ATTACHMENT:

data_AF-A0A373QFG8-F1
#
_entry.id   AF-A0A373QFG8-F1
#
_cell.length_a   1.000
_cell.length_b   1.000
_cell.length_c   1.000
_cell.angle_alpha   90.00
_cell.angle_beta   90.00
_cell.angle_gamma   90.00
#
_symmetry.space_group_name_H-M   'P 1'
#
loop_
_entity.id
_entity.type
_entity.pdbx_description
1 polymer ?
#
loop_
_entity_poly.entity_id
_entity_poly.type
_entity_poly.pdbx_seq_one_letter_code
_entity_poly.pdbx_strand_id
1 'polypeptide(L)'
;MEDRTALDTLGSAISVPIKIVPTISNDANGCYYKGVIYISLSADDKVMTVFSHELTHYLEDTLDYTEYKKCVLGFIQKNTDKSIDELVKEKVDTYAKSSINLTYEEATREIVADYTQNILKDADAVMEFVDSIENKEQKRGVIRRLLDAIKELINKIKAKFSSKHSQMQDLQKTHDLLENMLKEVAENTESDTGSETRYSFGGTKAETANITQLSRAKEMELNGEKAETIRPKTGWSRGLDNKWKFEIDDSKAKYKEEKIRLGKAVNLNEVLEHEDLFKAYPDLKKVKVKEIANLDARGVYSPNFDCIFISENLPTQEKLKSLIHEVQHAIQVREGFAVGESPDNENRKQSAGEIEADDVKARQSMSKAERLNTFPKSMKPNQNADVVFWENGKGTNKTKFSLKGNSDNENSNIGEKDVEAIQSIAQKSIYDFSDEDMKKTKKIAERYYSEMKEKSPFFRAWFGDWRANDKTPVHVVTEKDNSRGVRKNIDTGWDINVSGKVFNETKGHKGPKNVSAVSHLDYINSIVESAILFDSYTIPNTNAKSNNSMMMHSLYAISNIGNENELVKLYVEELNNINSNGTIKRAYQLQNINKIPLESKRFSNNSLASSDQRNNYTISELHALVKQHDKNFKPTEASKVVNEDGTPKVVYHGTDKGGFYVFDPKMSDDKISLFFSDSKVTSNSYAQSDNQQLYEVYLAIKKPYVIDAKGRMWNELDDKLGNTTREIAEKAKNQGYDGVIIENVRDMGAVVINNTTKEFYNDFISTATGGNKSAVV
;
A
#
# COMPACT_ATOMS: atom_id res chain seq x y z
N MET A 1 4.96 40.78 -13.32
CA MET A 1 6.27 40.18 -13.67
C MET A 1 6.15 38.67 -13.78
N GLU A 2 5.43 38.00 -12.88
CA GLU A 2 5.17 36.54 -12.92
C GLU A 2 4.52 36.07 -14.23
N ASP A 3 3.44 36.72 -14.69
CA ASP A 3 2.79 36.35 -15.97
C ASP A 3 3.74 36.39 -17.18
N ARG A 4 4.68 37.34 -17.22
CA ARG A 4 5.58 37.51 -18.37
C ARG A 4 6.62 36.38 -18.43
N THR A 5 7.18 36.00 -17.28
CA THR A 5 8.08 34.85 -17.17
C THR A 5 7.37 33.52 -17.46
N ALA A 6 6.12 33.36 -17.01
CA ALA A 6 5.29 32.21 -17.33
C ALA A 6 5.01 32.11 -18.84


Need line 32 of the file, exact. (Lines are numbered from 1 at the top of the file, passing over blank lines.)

CA MET A 1 6.27 40.18 -13.67